The world can be a difficult place for youth these days. With the advent of social media and an oversaturation of mature content, they’re having to grow up quickly and deal with situations many don’t have the capacity to handle.
It’s not surprising then that mental health and anxiety concerns are becoming more commonplace for youth. In a study released this week, Children’s Mental Health Ontario (CMHO) half of parents reported having concerns about their children’s anxiety and nearly two-thirds of the youth surveyed had concerns themselves, whether they spoke to a friend or sought professional help.
The disappointing thing is that many of these young people don’t seem to know where to turn to get help — or, when they do go searching for that help, they aren’t finding it in a timely manner. Nearly 40 per cent of parents who sought help said they faced challenges. While a minority of youth sought mental health services for themselves, nearly half of those young people reported they couldn’t find the services they need, they didn’t know where to go, or they faced long wait times. In rural areas, more people reported having concerns.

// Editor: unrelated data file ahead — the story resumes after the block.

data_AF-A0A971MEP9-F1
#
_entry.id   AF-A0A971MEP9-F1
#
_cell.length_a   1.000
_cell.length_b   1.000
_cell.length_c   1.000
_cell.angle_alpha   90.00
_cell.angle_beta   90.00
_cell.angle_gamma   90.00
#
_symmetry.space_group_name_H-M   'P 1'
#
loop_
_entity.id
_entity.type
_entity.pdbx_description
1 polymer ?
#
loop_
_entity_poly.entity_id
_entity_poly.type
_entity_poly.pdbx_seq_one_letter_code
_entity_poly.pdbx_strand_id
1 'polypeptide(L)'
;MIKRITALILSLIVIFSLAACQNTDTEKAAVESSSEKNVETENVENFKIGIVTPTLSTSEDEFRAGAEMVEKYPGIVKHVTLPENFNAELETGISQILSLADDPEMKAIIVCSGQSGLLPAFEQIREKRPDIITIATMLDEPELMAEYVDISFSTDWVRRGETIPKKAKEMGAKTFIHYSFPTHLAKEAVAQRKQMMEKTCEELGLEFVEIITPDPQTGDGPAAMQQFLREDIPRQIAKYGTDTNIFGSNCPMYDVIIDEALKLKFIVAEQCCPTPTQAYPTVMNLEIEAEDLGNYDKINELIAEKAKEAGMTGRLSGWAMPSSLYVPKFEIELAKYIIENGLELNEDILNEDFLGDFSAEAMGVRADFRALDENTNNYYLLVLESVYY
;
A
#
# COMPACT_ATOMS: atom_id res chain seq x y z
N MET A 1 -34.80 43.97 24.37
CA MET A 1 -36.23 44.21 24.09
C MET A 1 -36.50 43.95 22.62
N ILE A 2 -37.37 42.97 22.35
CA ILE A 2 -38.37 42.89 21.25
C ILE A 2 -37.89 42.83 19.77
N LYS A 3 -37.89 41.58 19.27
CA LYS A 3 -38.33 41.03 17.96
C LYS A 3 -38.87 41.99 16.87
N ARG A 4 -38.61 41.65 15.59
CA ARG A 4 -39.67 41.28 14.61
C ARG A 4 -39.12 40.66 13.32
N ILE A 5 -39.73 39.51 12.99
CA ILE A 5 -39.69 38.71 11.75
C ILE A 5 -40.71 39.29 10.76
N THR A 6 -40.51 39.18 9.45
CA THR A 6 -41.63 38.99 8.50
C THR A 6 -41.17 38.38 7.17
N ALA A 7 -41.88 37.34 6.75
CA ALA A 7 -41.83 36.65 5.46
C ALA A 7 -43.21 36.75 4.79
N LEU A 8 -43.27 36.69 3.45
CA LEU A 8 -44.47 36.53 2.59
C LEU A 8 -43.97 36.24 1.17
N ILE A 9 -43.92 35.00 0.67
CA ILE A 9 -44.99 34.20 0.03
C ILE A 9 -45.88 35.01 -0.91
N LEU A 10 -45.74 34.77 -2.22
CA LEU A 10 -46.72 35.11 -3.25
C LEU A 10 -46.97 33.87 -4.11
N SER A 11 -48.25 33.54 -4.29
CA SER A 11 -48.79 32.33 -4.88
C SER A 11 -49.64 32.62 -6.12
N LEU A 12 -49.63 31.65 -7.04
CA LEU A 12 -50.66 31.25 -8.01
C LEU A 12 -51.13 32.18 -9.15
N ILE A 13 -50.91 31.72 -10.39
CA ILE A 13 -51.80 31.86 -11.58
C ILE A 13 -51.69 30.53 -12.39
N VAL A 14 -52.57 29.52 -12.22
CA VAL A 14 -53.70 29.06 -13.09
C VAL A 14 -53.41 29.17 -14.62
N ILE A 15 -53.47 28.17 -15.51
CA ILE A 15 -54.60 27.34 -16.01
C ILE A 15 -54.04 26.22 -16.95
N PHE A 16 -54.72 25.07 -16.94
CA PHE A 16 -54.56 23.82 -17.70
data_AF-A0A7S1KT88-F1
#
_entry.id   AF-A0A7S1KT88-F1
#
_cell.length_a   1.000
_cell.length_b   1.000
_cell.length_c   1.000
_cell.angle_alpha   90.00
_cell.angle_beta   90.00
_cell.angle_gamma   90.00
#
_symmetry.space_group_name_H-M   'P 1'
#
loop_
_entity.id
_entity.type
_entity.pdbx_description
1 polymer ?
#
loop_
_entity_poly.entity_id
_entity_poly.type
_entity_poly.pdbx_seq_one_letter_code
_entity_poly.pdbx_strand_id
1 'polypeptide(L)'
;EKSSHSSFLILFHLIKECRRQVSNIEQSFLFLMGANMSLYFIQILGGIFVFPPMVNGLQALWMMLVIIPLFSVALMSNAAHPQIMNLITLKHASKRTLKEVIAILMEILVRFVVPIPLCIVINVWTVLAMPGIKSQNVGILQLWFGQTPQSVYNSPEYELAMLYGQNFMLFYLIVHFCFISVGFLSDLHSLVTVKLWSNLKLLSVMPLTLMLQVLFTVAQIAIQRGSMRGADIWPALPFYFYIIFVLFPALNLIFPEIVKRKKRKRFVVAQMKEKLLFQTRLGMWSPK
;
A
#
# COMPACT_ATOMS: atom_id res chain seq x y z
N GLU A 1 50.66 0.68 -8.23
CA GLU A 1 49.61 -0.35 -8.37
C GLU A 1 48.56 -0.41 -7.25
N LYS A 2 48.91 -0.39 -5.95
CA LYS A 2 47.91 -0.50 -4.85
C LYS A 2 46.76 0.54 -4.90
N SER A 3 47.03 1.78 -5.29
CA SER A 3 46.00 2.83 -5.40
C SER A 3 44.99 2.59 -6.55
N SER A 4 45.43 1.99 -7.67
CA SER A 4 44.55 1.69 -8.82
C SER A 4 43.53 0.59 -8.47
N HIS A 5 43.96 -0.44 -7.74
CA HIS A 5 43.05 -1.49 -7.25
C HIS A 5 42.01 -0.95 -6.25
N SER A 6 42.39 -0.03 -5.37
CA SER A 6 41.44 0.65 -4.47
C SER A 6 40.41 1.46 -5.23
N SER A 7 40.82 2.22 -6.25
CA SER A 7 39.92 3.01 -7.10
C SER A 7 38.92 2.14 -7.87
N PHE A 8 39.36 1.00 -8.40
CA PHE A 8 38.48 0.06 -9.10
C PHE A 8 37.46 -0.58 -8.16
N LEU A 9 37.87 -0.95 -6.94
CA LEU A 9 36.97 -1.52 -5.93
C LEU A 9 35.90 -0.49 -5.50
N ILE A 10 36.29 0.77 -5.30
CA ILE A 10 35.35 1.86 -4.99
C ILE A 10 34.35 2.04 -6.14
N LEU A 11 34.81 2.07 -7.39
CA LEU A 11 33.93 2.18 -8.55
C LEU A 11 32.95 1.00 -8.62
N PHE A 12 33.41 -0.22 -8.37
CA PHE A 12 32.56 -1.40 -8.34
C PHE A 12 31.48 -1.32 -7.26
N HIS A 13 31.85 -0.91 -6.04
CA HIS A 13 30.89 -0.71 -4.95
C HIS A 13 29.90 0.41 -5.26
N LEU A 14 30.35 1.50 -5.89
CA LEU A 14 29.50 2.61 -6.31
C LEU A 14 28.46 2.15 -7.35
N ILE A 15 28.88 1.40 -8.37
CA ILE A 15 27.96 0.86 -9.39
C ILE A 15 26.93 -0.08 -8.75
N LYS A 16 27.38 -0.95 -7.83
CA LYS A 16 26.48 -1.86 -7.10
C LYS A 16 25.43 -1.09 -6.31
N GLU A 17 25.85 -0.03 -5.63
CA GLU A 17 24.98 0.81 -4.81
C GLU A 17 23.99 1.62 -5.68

It doesn’t appear mental health is a problem that is going to go away, so there must be strategies put in place to help youth understand their issues, eliminate the ones they can, and live through those they can’t.
Promoting awareness and openness must be the first of these strategies. The more young people learn that mental illness isn’t something wrong or to be stigmatized, the more likely they’ll be to seek help. Initiatives like Kids Help Phone and the Bell Let’s Talk Day have helped in that regard. The school system also seems to be making strides to educate about mental and emotional health and create a culture of understanding. Efforts to discourage practices that may have a negative impact, such as bullying, are also welcomed.
Building upon that, there must be access to health care and resources to support young people dealing with mental health and anxiety issues or crises. Money spent on frontline counsellors and specialists is likely money that won’t have to be spent on providing acute care in hospitals (and emergency visits and hospitalization related to childhood mental health are rising according to, managing people working through the justice system, or making up for lost production in the workforce. In some areas of rural eastern Ontario, the waiting list to get into see a psychiatrist for an initial consult is well in excess of six months. A lot can happen in that time frame that could have been addressed.
Whether by government or private funding, there should be a push in Ontario to ensure that new technology is used to bridge gaps in service and give every young person the same chance to receive help. Properly staffed telehealth systems could allow young people to see doctors sooner and eliminate the difficulty of having to travel great distances to get help — likely a deterrent to many families.
Each generation looks to its predecessor to provide what is necessarity for growth and prosperity. The current generation has made many improvements on mental health, but it is still failing those in need of help. It’s time to fix that.